Gamifying Customer Satisfaction: Motivating Your Front-Line Sales and Support Teams through Rewards and Challenges

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Sales force automation can be redundant and tedious. For sales departments, targets are often quantitative – dollar figures, new leads percentage and conversions. For customer service departments, targets usually involve the speed at which customer complaints and concerns are resolved. With other metrics, such as key performance indicators (KPIs) and return on investment (ROI), enterprise employees may sometimes find their work dull and boring. Going after figures and metrics might turn key personnel into pencil-pushers who are only out to improve quantitative metrics. This could mean losing sight of what’s important: customer satisfaction.

Gamifying the performance of sales and support teams can be a wonderful way to bring back the excitement of doing business. “Gamification in the workplace goes against conventional thinking to provide several benefits to the business, including skills development, innovation, and transparency,” says Gal Rimon, co-founder and CEO at GamEffective, an enterprise gamification platform. However, he says it is not all about fun and games. “Game mechanics alone don’t make human motivation – what matters is the ability to tie in game mechanics into a method of modifying behavior and increasing a sense of engagement and meaning in the workplace.”

Thus, a gamified business environment is not only a means to gauge performance, but rather it is a means to motivate people to work even better. However, it’s not just about numbers and achievements. It’s an ongoing process that enables people to learn, innovate and take new perspectives on their work. A gamified environment also leads to innovation and even ideation – something that works in line with the wisdom and the power of crowds.

Skill Development

As humans, we are constantly learning. To stay competitive in the current employment landscape, no matter the industry, learning more skills and continuing to hone your skillset is critical. Gamification addresses basic human behavior: we all strive for satisfaction. It is something hard-wired in our brains. A gamified environment can stimulate learning, in order for participants to get ahead, in terms of achievements.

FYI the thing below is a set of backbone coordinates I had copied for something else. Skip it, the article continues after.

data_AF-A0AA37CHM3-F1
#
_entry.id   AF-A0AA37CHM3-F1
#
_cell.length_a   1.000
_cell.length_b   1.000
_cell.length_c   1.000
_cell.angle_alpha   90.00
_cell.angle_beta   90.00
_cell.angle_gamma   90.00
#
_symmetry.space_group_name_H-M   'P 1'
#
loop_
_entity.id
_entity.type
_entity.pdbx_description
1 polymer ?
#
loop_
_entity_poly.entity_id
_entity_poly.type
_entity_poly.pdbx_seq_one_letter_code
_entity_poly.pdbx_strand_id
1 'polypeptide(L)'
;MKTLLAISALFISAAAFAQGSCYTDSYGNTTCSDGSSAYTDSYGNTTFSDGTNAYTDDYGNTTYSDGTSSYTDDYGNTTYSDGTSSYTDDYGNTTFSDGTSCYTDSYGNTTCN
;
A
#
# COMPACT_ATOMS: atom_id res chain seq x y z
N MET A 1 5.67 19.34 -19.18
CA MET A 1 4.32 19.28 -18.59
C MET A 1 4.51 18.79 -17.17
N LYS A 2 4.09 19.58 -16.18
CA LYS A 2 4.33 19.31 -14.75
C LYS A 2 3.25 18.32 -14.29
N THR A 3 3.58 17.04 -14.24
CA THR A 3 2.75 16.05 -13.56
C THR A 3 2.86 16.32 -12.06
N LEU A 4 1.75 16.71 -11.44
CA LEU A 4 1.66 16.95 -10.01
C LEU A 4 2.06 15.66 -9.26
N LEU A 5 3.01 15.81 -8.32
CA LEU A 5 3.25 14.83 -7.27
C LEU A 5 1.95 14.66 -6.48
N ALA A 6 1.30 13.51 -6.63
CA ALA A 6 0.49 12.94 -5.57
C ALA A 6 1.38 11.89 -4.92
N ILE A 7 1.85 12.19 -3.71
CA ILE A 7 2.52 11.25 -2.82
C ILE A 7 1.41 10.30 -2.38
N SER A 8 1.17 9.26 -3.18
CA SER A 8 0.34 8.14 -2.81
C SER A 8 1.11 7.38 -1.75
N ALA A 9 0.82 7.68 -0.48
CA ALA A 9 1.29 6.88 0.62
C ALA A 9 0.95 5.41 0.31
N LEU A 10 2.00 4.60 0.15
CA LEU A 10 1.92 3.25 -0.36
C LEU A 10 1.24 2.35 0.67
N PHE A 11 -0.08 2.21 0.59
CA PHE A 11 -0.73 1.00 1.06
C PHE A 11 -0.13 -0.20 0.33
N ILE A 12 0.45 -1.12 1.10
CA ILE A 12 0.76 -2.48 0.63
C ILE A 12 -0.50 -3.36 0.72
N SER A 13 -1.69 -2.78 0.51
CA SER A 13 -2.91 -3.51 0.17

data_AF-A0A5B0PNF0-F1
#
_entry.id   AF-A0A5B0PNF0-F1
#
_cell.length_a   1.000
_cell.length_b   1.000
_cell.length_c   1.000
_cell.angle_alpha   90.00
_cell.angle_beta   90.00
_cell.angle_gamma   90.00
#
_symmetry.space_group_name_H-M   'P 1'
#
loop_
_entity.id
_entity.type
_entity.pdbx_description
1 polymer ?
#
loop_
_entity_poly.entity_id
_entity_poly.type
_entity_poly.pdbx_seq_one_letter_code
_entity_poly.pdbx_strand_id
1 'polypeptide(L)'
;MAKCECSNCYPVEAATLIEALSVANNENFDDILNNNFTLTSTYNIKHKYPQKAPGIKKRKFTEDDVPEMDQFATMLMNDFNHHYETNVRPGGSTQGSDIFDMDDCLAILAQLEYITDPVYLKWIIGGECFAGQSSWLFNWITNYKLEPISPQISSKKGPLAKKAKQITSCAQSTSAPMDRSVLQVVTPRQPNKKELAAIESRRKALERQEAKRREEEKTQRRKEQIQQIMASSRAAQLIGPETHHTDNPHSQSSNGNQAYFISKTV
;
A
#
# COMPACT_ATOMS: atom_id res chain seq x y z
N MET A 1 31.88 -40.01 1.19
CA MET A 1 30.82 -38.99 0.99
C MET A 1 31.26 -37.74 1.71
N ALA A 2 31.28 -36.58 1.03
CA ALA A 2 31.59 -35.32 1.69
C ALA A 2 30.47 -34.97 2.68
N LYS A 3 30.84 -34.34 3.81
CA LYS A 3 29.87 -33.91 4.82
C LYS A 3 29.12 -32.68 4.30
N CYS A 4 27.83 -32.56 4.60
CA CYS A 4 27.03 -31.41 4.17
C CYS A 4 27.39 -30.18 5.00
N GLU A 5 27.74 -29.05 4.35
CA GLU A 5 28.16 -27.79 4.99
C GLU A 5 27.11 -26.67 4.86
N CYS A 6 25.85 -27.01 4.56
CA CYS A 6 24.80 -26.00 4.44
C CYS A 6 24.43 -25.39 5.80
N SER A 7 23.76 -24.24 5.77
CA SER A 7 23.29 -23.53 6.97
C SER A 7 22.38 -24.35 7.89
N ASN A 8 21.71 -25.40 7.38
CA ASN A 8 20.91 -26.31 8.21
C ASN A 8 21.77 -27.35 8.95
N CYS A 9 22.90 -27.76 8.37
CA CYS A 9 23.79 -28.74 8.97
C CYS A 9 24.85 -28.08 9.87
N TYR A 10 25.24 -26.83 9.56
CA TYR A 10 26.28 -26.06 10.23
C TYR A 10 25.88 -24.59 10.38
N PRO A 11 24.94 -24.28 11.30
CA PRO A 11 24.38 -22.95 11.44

It is not always a competition for output, however. For instance, Microsoft used gamification to build a stronger bond between senior managers of consulting businesses and to use the platform to deliver content while fostering learning. The process involved a car racing game with 100% engagement. The game ensured employees had to cooperate as a team to win. In the process, teams engaged in discussion to get the right answers, and collaborated to correct wrong ones.

Better Ability to Innovate

While the intelligence of the individual is worth celebrating, the wisdom of the crowd is making people better and smarter every day. Research indicates that by the end of World War II, knowledge doubled every 25 years. On average, human knowledge is now doubling every 13 months, and IBM says the Internet of Things (IoT) will eventually lead to knowledge doubling every 12 hours.

Gamification builds upon the popularity of many crowd-powered platforms, such as Kickstarter, Quora, and CrowdMed to make the wisdom of the collective group stronger, thereby also improving the individual. “Gamification can provide the shared goals and simple rules that will guide a group of people towards collective action,” says Gartner’s Brian Burke. “Applied to innovation, gamification can motivate people to share their ideas within a community, vote up the best ideas, and encourage people to build upon the ideas of others.”

Innovation also leads to ideation. An example that Burke cites is Quirky, which encourages users to submit ideas for consumer products. The best selected, then eventually made into actual goods for sale. Even better, the crowd collaborates to determine the price and product name. The reward comes in the form of “influence points” given to users who participate in the process. Even Starbucks has used a “My Starbucks Idea” concept, in which customers are encouraged to submit, vote on, and comment on product ideas.